Importance of Social Language

According to the American Speech-Language-Hearing Association (ASHA), social communication is the use of language in a variety of social contexts and it involves social cognition, social interaction, pragmatics, and language processing. There are rules and guidelines for how we utilize language in various situations and with different people (e.g., informally with friends and family versus formally in a professional work environment). Some adults and children may have social communication disorders and speech-language pathologists (SLPs) are trained to provide effective therapy. In addition, SLPs and social workers can work collaboratively to treat social language.

Examples of Social Interaction

  • Speech style and context 
  • Conflict resolution
  • Social tasks (e.g., cooperative play)
  • Social reasoning
  • Politeness
  • Code switching (alternating between two or more languages)

Examples of Social Cognition:

  • Inference skills
  • Emotional regulation, understanding, expression (e.g., regulating one’s emotional state while engaging in social interactions)
  • Executive functioning (e.g., planning, organization, problem solving)
  • Joint attention (e.g., sharing attention)

Examples of Pragmatics:

  • Speech acts (e.g., comments, responses, requests, questions, demands, etc.)
  • Communication intents
  • Prosody/tone
  • Conversation initiation/maintenance
  • Turn-taking and ending conversations
  • Communication breakdown and repair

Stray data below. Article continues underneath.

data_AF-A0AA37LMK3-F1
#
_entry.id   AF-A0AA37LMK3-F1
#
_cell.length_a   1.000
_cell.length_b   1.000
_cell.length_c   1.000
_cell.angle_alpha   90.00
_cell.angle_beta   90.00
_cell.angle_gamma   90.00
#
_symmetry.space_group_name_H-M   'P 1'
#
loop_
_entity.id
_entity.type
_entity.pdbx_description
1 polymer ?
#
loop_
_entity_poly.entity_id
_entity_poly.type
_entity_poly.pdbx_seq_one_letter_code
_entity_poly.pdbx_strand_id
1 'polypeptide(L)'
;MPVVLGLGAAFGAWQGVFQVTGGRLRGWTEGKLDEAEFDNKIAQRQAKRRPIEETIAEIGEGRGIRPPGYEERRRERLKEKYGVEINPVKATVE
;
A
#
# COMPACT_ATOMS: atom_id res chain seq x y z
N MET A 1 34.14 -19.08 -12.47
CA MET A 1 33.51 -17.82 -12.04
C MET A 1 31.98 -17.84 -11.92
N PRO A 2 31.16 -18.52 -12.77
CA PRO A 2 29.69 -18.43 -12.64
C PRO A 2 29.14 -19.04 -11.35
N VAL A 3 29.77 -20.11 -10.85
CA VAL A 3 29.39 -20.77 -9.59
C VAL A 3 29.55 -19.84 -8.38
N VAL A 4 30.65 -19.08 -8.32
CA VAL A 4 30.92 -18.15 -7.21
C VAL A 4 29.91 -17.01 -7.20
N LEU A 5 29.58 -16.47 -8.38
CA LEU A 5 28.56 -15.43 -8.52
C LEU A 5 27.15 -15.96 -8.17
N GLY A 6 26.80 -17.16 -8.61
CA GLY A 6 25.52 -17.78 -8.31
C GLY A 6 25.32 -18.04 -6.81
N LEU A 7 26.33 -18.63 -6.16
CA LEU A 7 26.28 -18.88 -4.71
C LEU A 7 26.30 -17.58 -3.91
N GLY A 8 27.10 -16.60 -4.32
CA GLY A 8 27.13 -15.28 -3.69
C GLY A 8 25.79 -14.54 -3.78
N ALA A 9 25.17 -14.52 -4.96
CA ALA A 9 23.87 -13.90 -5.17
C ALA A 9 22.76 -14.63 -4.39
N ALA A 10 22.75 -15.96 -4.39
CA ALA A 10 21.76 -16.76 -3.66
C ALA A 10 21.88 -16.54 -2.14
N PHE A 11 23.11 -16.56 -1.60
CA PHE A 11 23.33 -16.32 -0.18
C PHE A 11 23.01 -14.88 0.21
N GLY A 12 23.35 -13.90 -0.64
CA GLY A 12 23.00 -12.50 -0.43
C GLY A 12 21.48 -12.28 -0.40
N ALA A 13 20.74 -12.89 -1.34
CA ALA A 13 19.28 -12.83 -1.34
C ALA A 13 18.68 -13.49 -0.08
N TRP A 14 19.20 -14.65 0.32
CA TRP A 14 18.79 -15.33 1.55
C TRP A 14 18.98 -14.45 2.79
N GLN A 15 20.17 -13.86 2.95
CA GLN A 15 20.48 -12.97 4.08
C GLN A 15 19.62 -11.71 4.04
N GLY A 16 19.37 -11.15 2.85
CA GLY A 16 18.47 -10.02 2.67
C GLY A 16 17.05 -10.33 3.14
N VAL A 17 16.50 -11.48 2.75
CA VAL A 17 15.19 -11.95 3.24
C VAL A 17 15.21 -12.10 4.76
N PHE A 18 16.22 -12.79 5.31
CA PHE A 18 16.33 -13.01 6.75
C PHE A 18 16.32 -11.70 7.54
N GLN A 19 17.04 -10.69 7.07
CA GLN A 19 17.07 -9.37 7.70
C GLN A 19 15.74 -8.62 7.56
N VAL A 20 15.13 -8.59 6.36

• Body language, gestures, facial expressions
  • Eye contact and gaze

Treatment Options for Social Language:

  • SLPs are trained to provide effective therapy for social language deficits
  • SLPs and social workers can work together to co-treat individuals with social language deficits
  • Behavioral Interventions: teach new behaviors or modify existing behaviors, shaping behaviors through reinforcements and fading as behaviors are learned
  • Peer-Implemented or Peer Groups: peers are included to model and facilitate social interactions and skills
  • Social Stories: uses stories to explain social situations and help them learn appropriate social behaviors and responses
  • Social Skills Groups: uses instruction, role play, and feedback to work on appropriate social interaction skills
  • Social Scripts: visual or verbal scripts are used and gradually faded as individuals use more spontaneously
  • Comic Strip Conversations: conversations between people while using simple drawings in comic strip format. These can be used to target problem solving, communicating feelings, conflict resolution, etc.


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